But is there anything we can do about this? We are irrational beings, so trying to change or influence human nature is highly unlikely to succeed. The only thing we can do, is to continue to expose how the CAIM industry misleads the public, and hopefully, one day, politicians and regulators will start to impose very tight restrictions on this industry, which frankly speaking, should not have existed in the first place.

Western Sydney University’s new TCM ‘hospital’ opening soon in Sydney!

Western Sydney University’s new TCM ‘hospital’ opening soon in Sydney!

About a year ago I added some factual information on Western Sydney University’s (WSU) Wikipedia page. This information reflects their unbridled support of all sorts of quackery, in exchange for industry funding – hence, very important info for any prospective student or academic (wish I had this info before embarking on a 3 year stint at WSU). This addition led to a full-blown ping-pong match between myself and an employee of WSU, who continued to delete everything that I’ve added. The end result of this match was that the WSU employee, who is a paid contributor, was named (and shamed?) by Wikipedia: “The following Wikipedia contributors may be personally or professionally connected to the subject of the article. Relevant policies and guidelines may include Paid contribution disclosure, Conflict of interest, Autobiography, and Neutral point of view.”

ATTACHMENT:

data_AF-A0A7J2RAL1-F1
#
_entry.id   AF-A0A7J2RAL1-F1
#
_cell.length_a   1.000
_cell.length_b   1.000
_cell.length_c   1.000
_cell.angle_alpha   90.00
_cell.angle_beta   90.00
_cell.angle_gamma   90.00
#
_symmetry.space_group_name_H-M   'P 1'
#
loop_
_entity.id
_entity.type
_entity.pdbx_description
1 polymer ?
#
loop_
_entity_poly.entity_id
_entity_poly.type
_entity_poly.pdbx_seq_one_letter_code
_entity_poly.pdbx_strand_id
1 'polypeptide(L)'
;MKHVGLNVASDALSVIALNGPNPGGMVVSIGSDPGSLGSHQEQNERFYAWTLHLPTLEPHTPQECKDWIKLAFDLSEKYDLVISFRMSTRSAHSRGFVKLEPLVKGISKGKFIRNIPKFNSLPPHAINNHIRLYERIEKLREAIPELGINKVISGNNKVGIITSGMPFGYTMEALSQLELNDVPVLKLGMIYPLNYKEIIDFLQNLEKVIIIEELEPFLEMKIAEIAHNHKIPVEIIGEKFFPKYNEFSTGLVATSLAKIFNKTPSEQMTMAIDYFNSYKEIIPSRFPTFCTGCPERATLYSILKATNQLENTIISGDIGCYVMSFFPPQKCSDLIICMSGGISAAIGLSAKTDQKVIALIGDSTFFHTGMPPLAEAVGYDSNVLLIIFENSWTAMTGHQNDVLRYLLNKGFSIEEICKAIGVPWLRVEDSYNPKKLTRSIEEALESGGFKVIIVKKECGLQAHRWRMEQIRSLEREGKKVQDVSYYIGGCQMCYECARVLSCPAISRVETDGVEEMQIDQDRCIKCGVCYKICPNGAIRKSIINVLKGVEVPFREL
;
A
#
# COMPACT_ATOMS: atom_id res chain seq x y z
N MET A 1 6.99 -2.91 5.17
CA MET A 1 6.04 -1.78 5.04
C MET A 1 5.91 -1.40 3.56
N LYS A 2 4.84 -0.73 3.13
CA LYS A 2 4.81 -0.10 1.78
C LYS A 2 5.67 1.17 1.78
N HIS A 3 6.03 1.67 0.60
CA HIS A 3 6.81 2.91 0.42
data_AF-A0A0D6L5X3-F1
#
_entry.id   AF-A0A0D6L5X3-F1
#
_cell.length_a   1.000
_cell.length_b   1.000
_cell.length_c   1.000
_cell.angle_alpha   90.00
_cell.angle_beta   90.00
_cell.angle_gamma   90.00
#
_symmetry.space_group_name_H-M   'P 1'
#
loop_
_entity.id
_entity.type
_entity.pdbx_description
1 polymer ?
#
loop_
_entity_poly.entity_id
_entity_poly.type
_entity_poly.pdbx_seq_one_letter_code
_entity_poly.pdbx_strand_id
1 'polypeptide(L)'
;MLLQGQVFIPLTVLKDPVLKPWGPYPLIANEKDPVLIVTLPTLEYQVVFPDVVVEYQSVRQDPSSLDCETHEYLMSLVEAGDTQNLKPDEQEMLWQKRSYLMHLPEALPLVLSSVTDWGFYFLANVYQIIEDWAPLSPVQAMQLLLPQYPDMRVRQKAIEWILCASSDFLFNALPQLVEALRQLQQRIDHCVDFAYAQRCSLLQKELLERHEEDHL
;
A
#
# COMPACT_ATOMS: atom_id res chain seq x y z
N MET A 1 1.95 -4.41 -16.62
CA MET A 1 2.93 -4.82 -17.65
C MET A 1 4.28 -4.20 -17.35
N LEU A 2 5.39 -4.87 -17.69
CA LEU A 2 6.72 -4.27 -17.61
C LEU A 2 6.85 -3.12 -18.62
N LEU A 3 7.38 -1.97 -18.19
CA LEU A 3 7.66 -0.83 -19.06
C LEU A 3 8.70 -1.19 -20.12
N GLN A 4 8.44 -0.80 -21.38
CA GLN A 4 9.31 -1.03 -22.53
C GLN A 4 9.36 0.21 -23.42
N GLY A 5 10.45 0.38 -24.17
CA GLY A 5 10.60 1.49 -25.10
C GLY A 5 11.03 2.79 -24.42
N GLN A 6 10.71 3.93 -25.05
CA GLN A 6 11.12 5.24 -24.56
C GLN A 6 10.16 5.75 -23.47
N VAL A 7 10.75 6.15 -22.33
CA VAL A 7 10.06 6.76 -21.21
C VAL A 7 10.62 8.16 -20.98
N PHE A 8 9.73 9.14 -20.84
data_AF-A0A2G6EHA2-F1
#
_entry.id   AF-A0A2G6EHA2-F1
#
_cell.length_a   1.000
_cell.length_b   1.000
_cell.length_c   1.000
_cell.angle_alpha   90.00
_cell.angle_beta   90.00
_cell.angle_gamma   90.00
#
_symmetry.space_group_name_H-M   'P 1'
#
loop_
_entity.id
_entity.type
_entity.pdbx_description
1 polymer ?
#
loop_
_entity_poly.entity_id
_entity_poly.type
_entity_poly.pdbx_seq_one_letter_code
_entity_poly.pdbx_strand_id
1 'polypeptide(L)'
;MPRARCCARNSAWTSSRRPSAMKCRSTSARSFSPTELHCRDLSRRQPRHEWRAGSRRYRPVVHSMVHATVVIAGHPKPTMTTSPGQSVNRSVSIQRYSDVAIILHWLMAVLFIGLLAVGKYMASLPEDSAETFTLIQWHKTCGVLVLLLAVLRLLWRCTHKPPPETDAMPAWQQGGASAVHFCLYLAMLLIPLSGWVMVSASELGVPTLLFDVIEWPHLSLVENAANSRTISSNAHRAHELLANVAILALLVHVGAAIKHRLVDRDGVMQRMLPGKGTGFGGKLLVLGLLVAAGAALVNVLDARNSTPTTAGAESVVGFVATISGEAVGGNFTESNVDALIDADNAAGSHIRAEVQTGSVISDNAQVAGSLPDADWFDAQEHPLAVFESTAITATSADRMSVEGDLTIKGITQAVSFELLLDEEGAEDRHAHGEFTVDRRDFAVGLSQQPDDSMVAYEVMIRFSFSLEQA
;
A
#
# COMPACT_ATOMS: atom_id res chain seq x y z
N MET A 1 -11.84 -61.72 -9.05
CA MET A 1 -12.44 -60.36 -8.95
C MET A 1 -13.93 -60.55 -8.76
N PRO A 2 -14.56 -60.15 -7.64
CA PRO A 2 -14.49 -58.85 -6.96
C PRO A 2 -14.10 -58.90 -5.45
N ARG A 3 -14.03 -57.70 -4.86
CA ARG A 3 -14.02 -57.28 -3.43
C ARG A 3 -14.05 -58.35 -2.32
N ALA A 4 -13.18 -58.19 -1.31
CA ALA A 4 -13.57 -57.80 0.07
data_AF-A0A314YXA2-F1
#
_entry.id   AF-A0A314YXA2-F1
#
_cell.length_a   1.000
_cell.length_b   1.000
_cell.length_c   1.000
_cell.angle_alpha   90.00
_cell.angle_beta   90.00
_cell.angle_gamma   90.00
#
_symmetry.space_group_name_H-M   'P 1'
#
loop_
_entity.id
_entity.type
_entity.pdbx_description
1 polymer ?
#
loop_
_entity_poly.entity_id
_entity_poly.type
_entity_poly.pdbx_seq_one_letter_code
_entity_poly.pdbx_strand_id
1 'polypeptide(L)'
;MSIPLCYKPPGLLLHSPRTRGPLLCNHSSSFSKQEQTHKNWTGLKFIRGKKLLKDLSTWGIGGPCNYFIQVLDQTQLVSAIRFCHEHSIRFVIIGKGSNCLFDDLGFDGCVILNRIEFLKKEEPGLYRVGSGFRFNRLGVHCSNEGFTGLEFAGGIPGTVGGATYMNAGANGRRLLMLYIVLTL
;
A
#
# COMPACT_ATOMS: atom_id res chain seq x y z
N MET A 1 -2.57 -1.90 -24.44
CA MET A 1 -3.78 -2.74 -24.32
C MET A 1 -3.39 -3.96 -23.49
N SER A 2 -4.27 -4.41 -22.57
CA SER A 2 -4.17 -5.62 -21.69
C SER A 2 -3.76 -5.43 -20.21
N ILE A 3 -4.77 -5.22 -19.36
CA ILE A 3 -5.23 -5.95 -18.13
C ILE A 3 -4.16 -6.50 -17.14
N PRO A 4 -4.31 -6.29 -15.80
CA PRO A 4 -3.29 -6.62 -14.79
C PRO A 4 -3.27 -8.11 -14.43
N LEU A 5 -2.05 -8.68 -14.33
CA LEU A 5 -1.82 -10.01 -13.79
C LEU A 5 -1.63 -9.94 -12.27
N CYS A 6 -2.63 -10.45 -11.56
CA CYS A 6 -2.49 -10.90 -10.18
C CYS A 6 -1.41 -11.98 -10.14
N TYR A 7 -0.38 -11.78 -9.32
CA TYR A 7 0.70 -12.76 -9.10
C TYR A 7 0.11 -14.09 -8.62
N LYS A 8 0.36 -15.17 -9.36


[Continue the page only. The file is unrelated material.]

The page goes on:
Great news, because the most important information that I’ve added stayed on their Wikipedia page, but at the same time, terrible news, because over the past year, WSU has made absolutely no attempt to investigate or rectify the problem at hand – let alone ‘repent’ from their open support of quackery. This is after all my main objective!! If anything, in 2017 things just got worse, and 2018 promises to be a humdinger of a year – that is, if you are a pseudoscientist.